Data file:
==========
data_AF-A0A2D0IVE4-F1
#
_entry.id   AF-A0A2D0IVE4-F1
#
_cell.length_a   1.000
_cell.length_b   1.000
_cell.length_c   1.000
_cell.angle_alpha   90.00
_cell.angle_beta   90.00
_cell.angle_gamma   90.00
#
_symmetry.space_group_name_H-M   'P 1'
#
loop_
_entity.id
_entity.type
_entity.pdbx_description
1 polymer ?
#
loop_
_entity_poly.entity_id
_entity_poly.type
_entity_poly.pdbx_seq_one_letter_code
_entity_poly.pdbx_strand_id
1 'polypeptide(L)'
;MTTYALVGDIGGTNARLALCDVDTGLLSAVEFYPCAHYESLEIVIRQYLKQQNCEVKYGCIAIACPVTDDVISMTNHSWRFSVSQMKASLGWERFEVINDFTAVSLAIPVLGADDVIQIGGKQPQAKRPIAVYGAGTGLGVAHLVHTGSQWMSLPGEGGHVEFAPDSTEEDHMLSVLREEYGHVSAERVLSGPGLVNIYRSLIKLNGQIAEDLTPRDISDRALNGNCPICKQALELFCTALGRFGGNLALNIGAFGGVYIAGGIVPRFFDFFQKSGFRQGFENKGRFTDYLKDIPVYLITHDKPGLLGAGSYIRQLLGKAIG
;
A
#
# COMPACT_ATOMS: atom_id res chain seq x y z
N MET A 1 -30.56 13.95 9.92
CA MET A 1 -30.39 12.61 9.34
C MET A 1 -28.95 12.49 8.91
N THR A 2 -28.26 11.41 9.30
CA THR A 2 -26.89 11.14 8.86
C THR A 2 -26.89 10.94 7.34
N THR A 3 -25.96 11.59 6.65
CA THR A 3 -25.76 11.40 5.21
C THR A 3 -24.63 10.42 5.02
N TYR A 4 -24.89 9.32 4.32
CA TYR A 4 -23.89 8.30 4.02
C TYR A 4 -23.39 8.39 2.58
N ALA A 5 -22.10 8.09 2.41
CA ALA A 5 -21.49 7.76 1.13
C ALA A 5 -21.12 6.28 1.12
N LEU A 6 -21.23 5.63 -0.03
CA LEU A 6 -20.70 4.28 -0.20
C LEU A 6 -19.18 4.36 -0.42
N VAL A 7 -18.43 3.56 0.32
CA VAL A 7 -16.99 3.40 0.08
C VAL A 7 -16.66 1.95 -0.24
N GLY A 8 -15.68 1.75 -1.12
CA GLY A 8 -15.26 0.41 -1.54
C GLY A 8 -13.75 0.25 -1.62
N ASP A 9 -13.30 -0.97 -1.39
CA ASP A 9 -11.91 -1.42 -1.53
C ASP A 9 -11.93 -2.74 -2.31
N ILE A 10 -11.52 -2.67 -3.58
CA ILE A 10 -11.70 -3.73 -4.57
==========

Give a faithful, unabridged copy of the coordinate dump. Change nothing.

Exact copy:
data_AF-A0A2D0IVE4-F1
#
_entry.id   AF-A0A2D0IVE4-F1
#
_cell.length_a   1.000
_cell.length_b   1.000
_cell.length_c   1.000
_cell.angle_alpha   90.00
_cell.angle_beta   90.00
_cell.angle_gamma   90.00
#
_symmetry.space_group_name_H-M   'P 1'
#
loop_
_entity.id
_entity.type
_entity.pdbx_description
1 polymer ?
#
loop_
_entity_poly.entity_id
_entity_poly.type
_entity_poly.pdbx_seq_one_letter_code
_entity_poly.pdbx_strand_id
1 'polypeptide(L)'
;MTTYALVGDIGGTNARLALCDVDTGLLSAVEFYPCAHYESLEIVIRQYLKQQNCEVKYGCIAIACPVTDDVISMTNHSWRFSVSQMKASLGWERFEVINDFTAVSLAIPVLGADDVIQIGGKQPQAKRPIAVYGAGTGLGVAHLVHTGSQWMSLPGEGGHVEFAPDSTEEDHMLSVLREEYGHVSAERVLSGPGLVNIYRSLIKLNGQIAEDLTPRDISDRALNGNCPICKQALELFCTALGRFGGNLALNIGAFGGVYIAGGIVPRFFDFFQKSGFRQGFENKGRFTDYLKDIPVYLITHDKPGLLGAGSYIRQLLGKAIG
;
A
#
# COMPACT_ATOMS: atom_id res chain seq x y z
N MET A 1 -30.56 13.95 9.92
CA MET A 1 -30.39 12.61 9.34
C MET A 1 -28.95 12.49 8.91
N THR A 2 -28.26 11.41 9.30
CA THR A 2 -26.89 11.14 8.86
C THR A 2 -26.89 10.94 7.34
N THR A 3 -25.96 11.59 6.65
CA THR A 3 -25.76 11.40 5.21
C THR A 3 -24.63 10.42 5.02
N TYR A 4 -24.89 9.32 4.32
CA TYR A 4 -23.89 8.30 4.02
C TYR A 4 -23.39 8.39 2.58
N ALA A 5 -22.10 8.09 2.41
CA ALA A 5 -21.49 7.76 1.13
C ALA A 5 -21.12 6.28 1.12
N LEU A 6 -21.23 5.63 -0.03
CA LEU A 6 -20.70 4.28 -0.20
C LEU A 6 -19.18 4.36 -0.42
N VAL A 7 -18.43 3.56 0.32
CA VAL A 7 -16.99 3.40 0.08
C VAL A 7 -16.66 1.95 -0.24
N GLY A 8 -15.68 1.75 -1.12
CA GLY A 8 -15.26 0.41 -1.54
C GLY A 8 -13.75 0.25 -1.62
N ASP A 9 -13.30 -0.97 -1.39
CA ASP A 9 -11.91 -1.42 -1.53
C ASP A 9 -11.93 -2.74 -2.31
N ILE A 10 -11.52 -2.67 -3.58
CA ILE A 10 -11.70 -3.73 -4.57